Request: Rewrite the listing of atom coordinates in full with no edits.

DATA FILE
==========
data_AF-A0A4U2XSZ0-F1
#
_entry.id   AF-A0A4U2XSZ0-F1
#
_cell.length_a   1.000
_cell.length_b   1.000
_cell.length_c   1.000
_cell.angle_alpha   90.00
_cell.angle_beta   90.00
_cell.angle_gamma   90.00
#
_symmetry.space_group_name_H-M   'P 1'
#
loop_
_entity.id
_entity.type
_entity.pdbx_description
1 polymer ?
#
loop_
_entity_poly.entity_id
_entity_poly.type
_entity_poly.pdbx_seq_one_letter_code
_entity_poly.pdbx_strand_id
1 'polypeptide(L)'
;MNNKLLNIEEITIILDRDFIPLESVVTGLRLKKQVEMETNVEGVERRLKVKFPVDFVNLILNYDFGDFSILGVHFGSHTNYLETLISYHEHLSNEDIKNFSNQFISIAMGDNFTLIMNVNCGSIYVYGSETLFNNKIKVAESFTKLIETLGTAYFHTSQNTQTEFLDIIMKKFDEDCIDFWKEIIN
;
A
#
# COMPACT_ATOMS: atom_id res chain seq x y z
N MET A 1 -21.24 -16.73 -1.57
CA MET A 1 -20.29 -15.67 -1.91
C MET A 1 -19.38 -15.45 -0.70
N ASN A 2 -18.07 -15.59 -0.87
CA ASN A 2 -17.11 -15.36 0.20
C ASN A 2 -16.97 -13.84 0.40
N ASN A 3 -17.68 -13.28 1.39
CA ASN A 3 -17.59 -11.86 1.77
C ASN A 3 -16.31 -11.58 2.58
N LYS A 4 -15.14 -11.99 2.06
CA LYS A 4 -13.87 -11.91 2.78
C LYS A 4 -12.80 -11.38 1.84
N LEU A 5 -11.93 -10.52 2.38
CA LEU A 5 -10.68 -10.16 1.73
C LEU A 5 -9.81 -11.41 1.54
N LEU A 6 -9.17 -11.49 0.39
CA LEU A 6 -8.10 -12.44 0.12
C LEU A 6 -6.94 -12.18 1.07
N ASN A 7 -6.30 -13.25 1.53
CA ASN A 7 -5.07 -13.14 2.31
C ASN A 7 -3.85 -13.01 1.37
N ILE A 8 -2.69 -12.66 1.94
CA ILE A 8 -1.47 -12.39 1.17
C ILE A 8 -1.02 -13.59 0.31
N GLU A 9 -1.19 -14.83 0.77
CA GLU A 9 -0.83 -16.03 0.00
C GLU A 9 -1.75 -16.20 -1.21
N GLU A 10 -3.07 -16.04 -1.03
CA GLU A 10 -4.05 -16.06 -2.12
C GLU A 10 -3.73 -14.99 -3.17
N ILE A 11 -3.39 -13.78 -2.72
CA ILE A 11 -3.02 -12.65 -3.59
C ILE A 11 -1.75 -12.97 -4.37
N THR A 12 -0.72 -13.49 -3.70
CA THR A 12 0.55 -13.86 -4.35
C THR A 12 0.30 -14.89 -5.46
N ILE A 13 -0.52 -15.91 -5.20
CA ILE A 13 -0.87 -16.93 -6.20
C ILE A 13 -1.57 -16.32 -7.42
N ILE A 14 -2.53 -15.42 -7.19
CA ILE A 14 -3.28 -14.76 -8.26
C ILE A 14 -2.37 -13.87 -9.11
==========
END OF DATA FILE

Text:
data_AF-A0A4U2XSZ0-F1
#
_entry.id   AF-A0A4U2XSZ0-F1
#
_cell.length_a   1.000
_cell.length_b   1.000
_cell.length_c   1.000
_cell.angle_alpha   90.00
_cell.angle_beta   90.00
_cell.angle_gamma   90.00
#
_symmetry.space_group_name_H-M   'P 1'
#
loop_
_entity.id
_entity.type
_entity.pdbx_description
1 polymer ?
#
loop_
_entity_poly.entity_id
_entity_poly.type
_entity_poly.pdbx_seq_one_letter_code
_entity_poly.pdbx_strand_id
1 'polypeptide(L)'
;MNNKLLNIEEITIILDRDFIPLESVVTGLRLKKQVEMETNVEGVERRLKVKFPVDFVNLILNYDFGDFSILGVHFGSHTNYLETLISYHEHLSNEDIKNFSNQFISIAMGDNFTLIMNVNCGSIYVYGSETLFNNKIKVAESFTKLIETLGTAYFHTSQNTQTEFLDIIMKKFDEDCIDFWKEIIN
;
A
#
# COMPACT_ATOMS: atom_id res chain seq x y z
N MET A 1 -21.24 -16.73 -1.57
CA MET A 1 -20.29 -15.67 -1.91
C MET A 1 -19.38 -15.45 -0.70
N ASN A 2 -18.07 -15.59 -0.87
CA ASN A 2 -17.11 -15.36 0.20
C ASN A 2 -16.97 -13.84 0.40
N ASN A 3 -17.68 -13.28 1.39
CA ASN A 3 -17.59 -11.86 1.77
C ASN A 3 -16.31 -11.58 2.58
N LYS A 4 -15.14 -11.99 2.06
CA LYS A 4 -13.87 -11.91 2.78
C LYS A 4 -12.80 -11.38 1.84
N LEU A 5 -11.93 -10.52 2.38
CA LEU A 5 -10.68 -10.16 1.73
C LEU A 5 -9.81 -11.41 1.54
N LEU A 6 -9.17 -11.49 0.39
CA LEU A 6 -8.10 -12.44 0.12
C LEU A 6 -6.94 -12.18 1.07
N ASN A 7 -6.30 -13.25 1.53
CA ASN A 7 -5.07 -13.14 2.31
C ASN A 7 -3.85 -13.01 1.37
N ILE A 8 -2.69 -12.66 1.94
CA ILE A 8 -1.47 -12.39 1.17
C ILE A 8 -1.02 -13.59 0.31
N GLU A 9 -1.19 -14.83 0.77
CA GLU A 9 -0.83 -16.03 0.00
C GLU A 9 -1.75 -16.20 -1.21
N GLU A 10 -3.07 -16.04 -1.03
CA GLU A 10 -4.05 -16.06 -2.12
C GLU A 10 -3.73 -14.99 -3.17
N ILE A 11 -3.39 -13.78 -2.72
CA ILE A 11 -3.02 -12.65 -3.59
C ILE A 11 -1.75 -12.97 -4.37
N THR A 12 -0.72 -13.49 -3.70
CA THR A 12 0.55 -13.86 -4.35
C THR A 12 0.30 -14.89 -5.46
N ILE A 13 -0.52 -15.91 -5.20
CA ILE A 13 -0.87 -16.93 -6.20
C ILE A 13 -1.57 -16.32 -7.42
N ILE A 14 -2.53 -15.42 -7.19
CA ILE A 14 -3.28 -14.76 -8.26
C ILE A 14 -2.37 -13.87 -9.11